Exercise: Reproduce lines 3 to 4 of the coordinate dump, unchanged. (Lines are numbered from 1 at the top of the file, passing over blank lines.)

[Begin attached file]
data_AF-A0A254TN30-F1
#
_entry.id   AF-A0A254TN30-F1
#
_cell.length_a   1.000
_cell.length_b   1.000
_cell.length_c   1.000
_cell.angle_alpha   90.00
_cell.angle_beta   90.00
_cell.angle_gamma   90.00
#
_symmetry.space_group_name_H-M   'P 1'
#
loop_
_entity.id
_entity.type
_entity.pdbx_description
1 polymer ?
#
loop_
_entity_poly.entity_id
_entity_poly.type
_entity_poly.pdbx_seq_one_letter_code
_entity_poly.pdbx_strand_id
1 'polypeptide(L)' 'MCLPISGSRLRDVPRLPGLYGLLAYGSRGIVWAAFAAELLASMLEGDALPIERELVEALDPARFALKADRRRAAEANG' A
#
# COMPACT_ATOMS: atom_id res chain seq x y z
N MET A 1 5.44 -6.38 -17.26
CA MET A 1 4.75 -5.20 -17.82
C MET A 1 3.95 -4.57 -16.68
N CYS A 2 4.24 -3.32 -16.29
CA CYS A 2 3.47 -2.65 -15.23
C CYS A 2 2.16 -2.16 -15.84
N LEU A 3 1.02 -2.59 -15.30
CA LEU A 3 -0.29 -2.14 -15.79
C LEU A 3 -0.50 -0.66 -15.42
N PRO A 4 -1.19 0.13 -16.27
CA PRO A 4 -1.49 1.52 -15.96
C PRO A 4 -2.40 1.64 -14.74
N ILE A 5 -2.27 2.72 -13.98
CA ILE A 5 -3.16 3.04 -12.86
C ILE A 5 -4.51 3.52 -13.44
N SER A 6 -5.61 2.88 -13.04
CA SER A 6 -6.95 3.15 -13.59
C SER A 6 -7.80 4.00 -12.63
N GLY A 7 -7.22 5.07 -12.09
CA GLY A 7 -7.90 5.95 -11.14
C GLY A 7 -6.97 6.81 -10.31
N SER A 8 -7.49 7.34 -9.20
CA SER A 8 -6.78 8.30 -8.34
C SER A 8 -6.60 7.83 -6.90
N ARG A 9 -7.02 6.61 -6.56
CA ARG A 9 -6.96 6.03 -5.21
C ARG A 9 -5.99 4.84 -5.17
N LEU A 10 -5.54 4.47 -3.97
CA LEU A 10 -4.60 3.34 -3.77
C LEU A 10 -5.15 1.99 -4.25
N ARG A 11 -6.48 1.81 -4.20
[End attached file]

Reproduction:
_entry.id   AF-A0A254TN30-F1
#